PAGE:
23 February, 2009


Many mathematicians complain that members of our profession are portrayed in films as uncommon, unattractive nerds, or as crazy, obsessive loons. Some go so far as to argue that this causes a flight of talent from the profession towards "sexier" fields.

I don't personally see the problem with this, perhaps because I have seen myself since childhood as both an uncommon, unattractive, untalented nerd and a crazy, obsessive loon. We can't all be Kevin Spacey, after all.

He shows men of will what will really is.*

Comes now the movie 21 to portray several people who are good at mathematics as sane, common, and especially attractive hipsters.—Well, except for two of them, who lay on the chubbier side of the spectrum and can only gaze longingly at the girls. And, okay, a third is a kleptomaniac, but this is supposed to be funny. Everyone else is dashingly handsome, sexy, and talented. And these mathematicians regularly visit casinos and use their wits to outsmart the system, grossing hundreds of thousands of dollars, frequenting the strip clubs, and using their story to impress a professor whose help is needed to get into Harvard Medical School. The head of the operation is even played by—I set this up clumsily, didn't I?—Kevin Spacey. His character spends more classroom time sliding chalkboards around than writing on them. I don't think he wrote on a single chalkboard throughout the entire film.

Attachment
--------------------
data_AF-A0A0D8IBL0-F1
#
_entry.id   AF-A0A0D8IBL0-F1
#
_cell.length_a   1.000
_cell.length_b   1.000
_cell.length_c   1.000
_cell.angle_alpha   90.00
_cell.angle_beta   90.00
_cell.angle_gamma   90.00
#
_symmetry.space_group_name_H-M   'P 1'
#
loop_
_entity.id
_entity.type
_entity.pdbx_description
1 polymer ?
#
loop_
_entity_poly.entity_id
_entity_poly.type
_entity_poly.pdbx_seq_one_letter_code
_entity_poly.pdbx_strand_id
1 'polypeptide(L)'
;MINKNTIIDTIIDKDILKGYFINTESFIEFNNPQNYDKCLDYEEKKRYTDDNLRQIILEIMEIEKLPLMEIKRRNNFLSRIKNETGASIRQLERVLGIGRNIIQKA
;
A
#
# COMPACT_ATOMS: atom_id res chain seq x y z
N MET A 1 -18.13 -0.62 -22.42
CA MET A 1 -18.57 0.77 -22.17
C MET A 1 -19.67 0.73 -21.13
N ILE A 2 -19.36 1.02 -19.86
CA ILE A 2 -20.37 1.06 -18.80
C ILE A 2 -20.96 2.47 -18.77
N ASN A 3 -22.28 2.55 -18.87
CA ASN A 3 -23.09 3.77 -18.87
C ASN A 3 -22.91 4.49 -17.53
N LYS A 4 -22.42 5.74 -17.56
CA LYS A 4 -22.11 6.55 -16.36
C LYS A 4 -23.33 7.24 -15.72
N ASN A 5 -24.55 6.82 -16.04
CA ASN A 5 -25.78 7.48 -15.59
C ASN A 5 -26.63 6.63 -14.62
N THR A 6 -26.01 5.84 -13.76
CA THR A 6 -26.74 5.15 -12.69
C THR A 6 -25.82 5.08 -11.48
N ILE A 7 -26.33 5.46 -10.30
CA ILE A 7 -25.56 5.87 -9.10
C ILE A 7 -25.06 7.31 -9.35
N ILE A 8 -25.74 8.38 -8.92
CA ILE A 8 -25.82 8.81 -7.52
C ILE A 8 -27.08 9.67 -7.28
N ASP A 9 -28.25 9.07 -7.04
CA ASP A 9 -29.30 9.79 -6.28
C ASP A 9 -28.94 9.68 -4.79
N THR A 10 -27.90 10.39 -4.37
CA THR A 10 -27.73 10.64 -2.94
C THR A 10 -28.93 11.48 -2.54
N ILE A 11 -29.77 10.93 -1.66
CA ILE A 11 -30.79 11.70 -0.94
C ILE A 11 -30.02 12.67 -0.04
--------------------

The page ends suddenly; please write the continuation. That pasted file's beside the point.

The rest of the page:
I don't know what my colleagues in the profession think of the film, but in case you're wondering, these things do happen. There are mathematicians who are talented, attractive, and just like regular folk. (Read, "not nerds".) There are also mathematicians who use their skills for great fun and profit. One of my fellow grad students claimed that his knowledge of the probabilities of each poker hand contributed to more than $10,000 or so in online earnings. (Sorry, ladies, he's married.)

As for the rest of us chumps in the office, we earned a little more than that during the nine months of the school year, and how? By the leisurely pastime of bashing our brains out while trying to solve unsolved problems. No one makes films about that.

And you wonder why people choose non-mathematical careers.

* Verbal Kint's description of Kevin Spacey Kaiser Söze, from the movie** The Usual Suspects. The photo's from Wikimedia.

** While typing this, I discovered that Firefox's spell checker thinks that Firefox and movie are both misspelled. It suggests "move" for "movie" and "Internet Explorer" for "Firefox".***

*** Haha, just kidding: it actually suggests "Firebox" for "Firefox".

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